Sometimes an employee needs to take a leave of absence unexpectedly or in small increments, while in other cases they need to take it all at once. Although the Family and Medical Leave Act (FMLA) may apply in both scenarios, a continuous leave of absence comes with specific challenges that employers need to be aware of.
Here’s how to distinguish an intermittent vs. continuous leave of absence, and how to track a continuous leave of absence using leave management software.
What Is a Continuous Leave of Absence?
Continuous leave refers to a period of time away from work that an employee takes in one unbroken stretch. A continuous leave of absence isn’t the same as an extended leave of absence, which is usually longer than what’s covered by an ordinary leave policy. In fact, a continuous leave of absence could be as short as just a few days, assuming the employee doesn’t come in to work in the meantime.
A continuous leave of absence could fall under an employer’s company leave policy, such as in the case of personal leave or a sabbatical. It may also be covered by the Family and Medical Leave Act (FMLA), as in the case of parental leave.
What Is FMLA Leave?
FMLA is a federal law that entitles eligible employees to up to 12 workweeks of unpaid leave in a 12-month period for qualifying reasons such as:
- An employee’s own serious health condition
- The injury or illness of a family member
- The adoption or birth of a child
- The placement of a child into foster care
- A qualifying exigency related to active duty military service
Some types of leave may be covered by more than one policy or regulation, including federal law, state law, and a company’s own personal leave policy.
Intermittent FMLA Leave Vs. Continuous Leave
If an employee qualifies for FMLA leave or another type of leave, how do you know whether they’re eligible for intermittent leave or a continuous leave of absence? In general, there are three ways to structure an employee’s leave time.
Continuous leave works best when the employee has a clearly defined reason for leave and an anticipated return date. For example, if an employee is having a baby, they may choose to take 12 weeks of FMLA leave in one continuous stretch.
Ideally, the employee will provide 30 days’ advance notice of their need for continuous leave. However, this isn’t always possible: If an employee needs two weeks of leave to recover from an injury, they would still be eligible for continuous leave.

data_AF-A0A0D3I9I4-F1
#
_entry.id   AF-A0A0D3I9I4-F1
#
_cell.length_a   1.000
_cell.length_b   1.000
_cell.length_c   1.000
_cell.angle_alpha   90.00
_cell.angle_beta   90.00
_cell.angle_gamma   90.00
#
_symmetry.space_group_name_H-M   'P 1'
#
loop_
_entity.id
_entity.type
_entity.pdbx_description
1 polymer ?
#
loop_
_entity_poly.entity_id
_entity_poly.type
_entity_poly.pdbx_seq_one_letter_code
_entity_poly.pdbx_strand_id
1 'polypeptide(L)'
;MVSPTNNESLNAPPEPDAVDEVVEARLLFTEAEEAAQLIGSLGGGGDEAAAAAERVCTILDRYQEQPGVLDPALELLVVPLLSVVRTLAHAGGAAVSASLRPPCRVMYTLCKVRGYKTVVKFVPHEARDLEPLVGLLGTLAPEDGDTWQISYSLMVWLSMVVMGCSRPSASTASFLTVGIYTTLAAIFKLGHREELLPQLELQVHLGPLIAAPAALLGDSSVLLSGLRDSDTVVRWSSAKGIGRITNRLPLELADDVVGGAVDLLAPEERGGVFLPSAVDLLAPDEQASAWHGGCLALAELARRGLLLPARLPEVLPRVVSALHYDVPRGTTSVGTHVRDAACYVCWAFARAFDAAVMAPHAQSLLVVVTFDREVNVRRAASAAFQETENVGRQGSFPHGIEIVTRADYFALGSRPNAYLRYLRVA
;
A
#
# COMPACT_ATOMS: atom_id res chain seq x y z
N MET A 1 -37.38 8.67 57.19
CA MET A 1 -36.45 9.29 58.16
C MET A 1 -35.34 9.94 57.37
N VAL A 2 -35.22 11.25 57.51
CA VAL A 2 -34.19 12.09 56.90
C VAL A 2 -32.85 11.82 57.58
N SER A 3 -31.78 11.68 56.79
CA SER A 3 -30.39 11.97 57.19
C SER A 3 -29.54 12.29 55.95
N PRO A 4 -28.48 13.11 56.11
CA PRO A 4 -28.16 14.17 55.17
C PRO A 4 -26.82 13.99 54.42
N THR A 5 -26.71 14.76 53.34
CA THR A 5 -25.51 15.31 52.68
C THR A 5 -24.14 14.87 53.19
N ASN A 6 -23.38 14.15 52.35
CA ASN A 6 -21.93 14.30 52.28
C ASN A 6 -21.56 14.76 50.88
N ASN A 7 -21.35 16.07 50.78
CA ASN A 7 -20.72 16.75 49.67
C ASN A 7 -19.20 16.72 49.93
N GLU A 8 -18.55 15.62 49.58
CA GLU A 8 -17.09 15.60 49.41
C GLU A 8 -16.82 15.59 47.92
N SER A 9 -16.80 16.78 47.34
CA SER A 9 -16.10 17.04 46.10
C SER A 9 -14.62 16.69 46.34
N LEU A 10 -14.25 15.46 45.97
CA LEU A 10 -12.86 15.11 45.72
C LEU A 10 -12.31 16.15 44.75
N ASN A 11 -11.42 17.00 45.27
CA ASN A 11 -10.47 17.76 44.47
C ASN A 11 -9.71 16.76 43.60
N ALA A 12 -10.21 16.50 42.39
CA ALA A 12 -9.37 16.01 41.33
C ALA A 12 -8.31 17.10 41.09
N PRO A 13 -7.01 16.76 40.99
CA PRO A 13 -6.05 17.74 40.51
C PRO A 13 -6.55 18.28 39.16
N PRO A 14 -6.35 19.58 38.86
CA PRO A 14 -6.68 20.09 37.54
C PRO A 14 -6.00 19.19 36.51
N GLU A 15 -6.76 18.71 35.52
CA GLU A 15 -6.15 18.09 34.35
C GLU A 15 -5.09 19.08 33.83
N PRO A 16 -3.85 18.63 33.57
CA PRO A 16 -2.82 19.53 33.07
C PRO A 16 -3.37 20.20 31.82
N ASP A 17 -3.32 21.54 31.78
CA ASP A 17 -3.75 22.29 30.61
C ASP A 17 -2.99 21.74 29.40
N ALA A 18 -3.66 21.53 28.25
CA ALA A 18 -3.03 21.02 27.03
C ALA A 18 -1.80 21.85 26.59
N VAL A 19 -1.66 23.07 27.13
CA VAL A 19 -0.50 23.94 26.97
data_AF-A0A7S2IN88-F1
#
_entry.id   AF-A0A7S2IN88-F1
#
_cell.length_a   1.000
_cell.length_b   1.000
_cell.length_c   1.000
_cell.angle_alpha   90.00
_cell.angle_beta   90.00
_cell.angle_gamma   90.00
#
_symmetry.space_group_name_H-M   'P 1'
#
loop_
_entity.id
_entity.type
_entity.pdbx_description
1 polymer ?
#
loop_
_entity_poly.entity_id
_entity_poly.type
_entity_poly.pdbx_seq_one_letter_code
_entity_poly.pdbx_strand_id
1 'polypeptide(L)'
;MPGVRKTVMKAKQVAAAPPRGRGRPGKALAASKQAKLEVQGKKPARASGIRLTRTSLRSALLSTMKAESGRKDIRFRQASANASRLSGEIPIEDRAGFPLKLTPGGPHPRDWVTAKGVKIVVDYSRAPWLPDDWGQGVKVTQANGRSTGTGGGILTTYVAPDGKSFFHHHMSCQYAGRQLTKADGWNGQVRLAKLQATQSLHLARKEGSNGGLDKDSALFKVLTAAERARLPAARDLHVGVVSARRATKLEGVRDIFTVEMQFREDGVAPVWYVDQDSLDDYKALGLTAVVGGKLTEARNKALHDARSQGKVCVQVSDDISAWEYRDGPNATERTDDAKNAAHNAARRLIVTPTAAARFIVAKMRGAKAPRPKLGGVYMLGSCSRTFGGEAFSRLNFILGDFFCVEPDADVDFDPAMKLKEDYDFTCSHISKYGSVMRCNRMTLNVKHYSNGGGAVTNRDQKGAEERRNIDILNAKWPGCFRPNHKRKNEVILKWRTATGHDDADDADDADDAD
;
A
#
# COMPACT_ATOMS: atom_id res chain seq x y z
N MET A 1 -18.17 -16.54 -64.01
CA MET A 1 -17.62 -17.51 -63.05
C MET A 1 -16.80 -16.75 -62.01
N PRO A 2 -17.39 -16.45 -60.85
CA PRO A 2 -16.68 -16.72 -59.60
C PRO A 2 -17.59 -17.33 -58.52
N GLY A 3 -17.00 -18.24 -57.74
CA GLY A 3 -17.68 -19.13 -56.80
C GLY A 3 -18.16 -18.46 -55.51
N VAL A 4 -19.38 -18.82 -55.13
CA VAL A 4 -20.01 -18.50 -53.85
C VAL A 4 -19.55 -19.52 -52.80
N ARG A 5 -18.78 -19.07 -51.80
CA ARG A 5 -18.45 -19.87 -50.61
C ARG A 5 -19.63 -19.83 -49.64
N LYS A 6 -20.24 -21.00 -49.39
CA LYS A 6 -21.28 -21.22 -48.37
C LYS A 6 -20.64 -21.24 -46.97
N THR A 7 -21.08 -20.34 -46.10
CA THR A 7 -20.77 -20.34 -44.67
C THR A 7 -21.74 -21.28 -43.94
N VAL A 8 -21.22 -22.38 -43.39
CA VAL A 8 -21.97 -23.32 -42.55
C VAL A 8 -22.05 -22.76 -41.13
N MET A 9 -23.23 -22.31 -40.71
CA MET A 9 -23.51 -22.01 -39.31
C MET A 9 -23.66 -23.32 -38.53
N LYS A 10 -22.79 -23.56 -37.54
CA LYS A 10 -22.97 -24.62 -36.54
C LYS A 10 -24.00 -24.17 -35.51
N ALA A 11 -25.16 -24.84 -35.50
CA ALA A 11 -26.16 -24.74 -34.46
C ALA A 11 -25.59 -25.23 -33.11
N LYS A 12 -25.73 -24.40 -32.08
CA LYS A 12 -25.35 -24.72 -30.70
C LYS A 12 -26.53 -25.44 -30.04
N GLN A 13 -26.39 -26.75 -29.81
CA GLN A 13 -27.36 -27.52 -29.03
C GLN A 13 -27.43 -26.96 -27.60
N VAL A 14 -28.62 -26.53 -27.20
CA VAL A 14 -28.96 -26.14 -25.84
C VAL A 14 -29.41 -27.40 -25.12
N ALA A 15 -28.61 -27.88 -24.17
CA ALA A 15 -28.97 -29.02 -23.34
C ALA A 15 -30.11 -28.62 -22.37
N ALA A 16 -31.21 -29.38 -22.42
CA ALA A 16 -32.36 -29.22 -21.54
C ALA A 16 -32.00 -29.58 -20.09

Intermittent leave applies when an employee needs to take irregular leave for the same qualifying reason. This might be because they need to attend medical appointments, or because they experience occasional flare-ups of a particular medical condition.
Under FMLA, intermittent leave can be tracked in increments as small as 15 minutes, giving the employee more flexibility to seek medical treatment.
A reduced schedule comes into play when an employee wants to spread out their total leave entitlement, but over a regular schedule rather than an irregular one. This could be because an employee has a medical appointment on the same day each week, or because they want to spread out their parental leave over a longer period.
For example, a new parent could ask for Mondays and Fridays off so they can spend more time with their newborn child or foster child over the weekend.
Pros and Cons of Continuous Leave
A continuous leave of absence comes with its own set of challenges and advantages when compared to intermittent leave. Although employees are eligible for the same amount of leave regardless, the impact on your business can be very different.
It’s easier to track FMLA leave when it’s taken continuously, since you can simply keep track of the total number of consecutive days the employee is out of work. With FMLA intermittent leave, you’ll need to account for irregular hours and partial workdays.